How REITs Work

REITs offer the benefit of owning real estate without having to be a landlord. See more real estate pictures.

Investing in income-generating real estate can be a great way to increase your net worth. But for many people, investing in real estate, particularly commercial real estate, is simply out of reach financially. But what if you could pool your resources with other small investors and invest in large-scale commercial real estate as a group? REITs (pronounced like "treats") allow you to do just that.

REIT stands for real estate investment trust and is sometimes called "real estate stock." Essentially, REITs are corporations that own and manage a portfolio of real estate properties and mortgages. Anyone can buy shares in a publicly traded REIT. They offer the benefits of real estate ownership without the headaches or expense of being a landlord.



Investing in some types of REITs also provides the important advantages of liquidity and diversity. Unlike actual real estate property, these shares can be quickly and easily sold. And because you're investing in a portfolio of properties rather than a single building, you face less financial risk.

­REITs­ came about in 1960, when Congress decided that smaller investors should also be able to invest in large-scale, income-producing real estate. It determined that the best way to do this was the follow the model of investing in other industries -- the purchase of equity.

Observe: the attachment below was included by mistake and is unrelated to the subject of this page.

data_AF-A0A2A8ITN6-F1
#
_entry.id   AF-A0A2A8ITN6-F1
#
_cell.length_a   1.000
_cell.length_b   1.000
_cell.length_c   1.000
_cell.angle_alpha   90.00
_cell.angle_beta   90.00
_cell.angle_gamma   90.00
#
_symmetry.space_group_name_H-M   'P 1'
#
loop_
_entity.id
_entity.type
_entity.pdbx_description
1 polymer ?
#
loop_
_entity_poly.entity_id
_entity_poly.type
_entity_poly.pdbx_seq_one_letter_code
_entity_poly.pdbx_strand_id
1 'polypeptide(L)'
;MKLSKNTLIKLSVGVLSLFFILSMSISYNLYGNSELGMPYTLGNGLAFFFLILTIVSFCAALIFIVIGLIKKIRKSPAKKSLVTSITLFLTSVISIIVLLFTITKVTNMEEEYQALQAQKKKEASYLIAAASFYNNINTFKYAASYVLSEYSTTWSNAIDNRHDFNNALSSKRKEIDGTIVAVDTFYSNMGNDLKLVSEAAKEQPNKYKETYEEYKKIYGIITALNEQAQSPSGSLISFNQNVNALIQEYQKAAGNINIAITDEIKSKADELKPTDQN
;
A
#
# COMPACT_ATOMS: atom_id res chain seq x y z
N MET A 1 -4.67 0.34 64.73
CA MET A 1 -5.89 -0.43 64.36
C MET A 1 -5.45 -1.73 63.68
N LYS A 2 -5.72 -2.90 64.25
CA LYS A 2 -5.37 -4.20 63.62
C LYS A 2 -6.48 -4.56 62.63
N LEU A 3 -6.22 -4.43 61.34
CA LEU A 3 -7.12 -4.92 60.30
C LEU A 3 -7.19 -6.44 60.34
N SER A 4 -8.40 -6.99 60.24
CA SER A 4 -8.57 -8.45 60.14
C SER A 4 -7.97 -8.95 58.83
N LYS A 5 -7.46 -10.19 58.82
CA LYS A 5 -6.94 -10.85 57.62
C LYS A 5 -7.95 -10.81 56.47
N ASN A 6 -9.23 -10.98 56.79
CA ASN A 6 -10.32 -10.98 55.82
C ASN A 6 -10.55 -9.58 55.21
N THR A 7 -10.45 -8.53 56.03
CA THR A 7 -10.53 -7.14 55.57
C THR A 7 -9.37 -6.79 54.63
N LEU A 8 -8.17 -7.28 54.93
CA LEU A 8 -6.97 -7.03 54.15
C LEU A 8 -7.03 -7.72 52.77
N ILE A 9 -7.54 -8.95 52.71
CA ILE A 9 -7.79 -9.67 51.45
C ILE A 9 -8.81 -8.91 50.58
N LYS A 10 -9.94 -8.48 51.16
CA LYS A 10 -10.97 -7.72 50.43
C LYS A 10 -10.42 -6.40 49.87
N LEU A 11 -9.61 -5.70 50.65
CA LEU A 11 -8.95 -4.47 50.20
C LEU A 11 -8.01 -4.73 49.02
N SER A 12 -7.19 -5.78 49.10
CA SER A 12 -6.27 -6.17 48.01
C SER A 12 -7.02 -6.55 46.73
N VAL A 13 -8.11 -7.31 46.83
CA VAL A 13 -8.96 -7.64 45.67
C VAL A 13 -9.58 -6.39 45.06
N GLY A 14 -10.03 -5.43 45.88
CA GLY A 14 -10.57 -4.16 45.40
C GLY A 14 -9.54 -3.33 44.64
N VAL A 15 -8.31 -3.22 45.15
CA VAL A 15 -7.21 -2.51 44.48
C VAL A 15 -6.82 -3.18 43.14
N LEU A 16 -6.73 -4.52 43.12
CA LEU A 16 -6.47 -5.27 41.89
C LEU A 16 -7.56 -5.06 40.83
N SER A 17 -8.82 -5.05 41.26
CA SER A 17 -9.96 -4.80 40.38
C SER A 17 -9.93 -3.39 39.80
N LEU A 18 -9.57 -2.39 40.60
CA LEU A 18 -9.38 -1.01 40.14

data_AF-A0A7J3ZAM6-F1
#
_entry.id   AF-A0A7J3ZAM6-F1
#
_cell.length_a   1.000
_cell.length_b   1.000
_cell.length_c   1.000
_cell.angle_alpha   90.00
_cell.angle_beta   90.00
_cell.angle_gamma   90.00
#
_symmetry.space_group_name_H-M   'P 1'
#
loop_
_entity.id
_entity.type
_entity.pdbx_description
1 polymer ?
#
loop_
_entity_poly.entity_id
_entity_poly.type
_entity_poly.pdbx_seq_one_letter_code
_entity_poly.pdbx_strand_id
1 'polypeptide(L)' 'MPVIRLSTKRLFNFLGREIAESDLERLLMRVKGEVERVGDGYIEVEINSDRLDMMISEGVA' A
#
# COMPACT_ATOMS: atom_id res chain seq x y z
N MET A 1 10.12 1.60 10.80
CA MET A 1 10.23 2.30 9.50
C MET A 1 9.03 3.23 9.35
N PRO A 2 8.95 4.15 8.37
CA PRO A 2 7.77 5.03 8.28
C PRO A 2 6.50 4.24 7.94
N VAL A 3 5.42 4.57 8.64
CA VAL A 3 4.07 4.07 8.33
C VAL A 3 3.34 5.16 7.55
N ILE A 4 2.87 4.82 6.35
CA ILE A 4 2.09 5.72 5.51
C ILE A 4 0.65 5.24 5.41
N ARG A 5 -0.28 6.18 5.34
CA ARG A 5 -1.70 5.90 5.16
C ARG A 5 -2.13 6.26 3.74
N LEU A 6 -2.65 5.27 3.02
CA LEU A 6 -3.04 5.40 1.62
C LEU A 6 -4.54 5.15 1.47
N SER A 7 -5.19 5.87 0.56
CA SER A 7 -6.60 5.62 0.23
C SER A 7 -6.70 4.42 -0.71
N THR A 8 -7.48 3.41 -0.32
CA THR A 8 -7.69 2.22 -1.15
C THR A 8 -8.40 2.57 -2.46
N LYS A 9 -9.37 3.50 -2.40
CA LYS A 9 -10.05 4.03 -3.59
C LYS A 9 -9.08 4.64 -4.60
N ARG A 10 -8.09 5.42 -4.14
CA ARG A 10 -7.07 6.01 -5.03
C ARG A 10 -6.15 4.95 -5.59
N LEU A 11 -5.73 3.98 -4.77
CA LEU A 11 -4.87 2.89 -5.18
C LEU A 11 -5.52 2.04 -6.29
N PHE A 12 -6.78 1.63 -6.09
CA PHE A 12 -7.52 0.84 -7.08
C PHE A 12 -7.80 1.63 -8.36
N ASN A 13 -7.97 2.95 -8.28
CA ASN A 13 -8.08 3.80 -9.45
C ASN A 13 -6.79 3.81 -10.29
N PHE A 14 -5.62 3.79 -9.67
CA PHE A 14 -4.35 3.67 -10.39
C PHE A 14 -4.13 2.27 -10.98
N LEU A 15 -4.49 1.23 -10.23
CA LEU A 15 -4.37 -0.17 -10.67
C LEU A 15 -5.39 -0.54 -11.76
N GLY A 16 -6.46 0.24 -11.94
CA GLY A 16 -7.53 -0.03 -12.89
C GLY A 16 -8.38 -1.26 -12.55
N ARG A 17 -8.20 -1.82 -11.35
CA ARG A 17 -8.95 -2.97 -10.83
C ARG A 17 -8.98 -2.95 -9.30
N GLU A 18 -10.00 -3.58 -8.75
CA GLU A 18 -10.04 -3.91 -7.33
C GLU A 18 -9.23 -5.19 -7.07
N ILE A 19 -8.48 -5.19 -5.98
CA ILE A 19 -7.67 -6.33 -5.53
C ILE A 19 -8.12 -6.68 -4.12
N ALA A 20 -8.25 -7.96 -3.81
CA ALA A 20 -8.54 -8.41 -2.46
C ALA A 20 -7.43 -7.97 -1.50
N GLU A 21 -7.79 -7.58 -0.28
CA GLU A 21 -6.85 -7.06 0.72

A company must distribute at least 90 percent of its taxable income to its shareholders each year to qualify as a REIT. Most REITs pay out 100 percent of their taxable income. In order to maintain its status as a pass-through entity, a REIT deducts these dividends from its corporate taxable income. A pass-through entity does not have to pay corporate federal or state income tax -- it passes the responsibility of paying these taxes onto its shareholders. REITs cannot pass tax losses through to investors, however.

From the 1880s to the 1930s, a similar provision was in place that allowed investors to avoid double taxation -- paying taxes on both the corporate and individual level -- because trusts were not taxed at the corporate level if income was distributed to beneficiaries. This was reversed in the 1930s, when passive investments were taxed at both the corporate level and as part of individual income tax. REIT proponents were unable to persuade legislation to overturn this decision for 30 years. Because of the high demand for real estate funds, President Eisenhower signed the 1960 real estate investment trust tax provision qualifying REITs as pass-through entities.

A corporation must meet several other requirements to qualify as a REIT and gain pass-through entity status. They must:

  • Be structured as corporation, business trust, or similar association
  • Be managed by a board of directors or trustees
  • Offer fully transferable shares
  • Have at least 100 shareholders
  • Pay dividends of at least 90 percent of the REIT's taxable income
  • Have no more than 50 percent of its shares held by five or fewer individuals during the last half of each taxable year
  • Hold at least 75 percent of total investment assets in real estate
  • Have no more than 20 percent of its assets consist of stocks in taxable REIT subsidiaries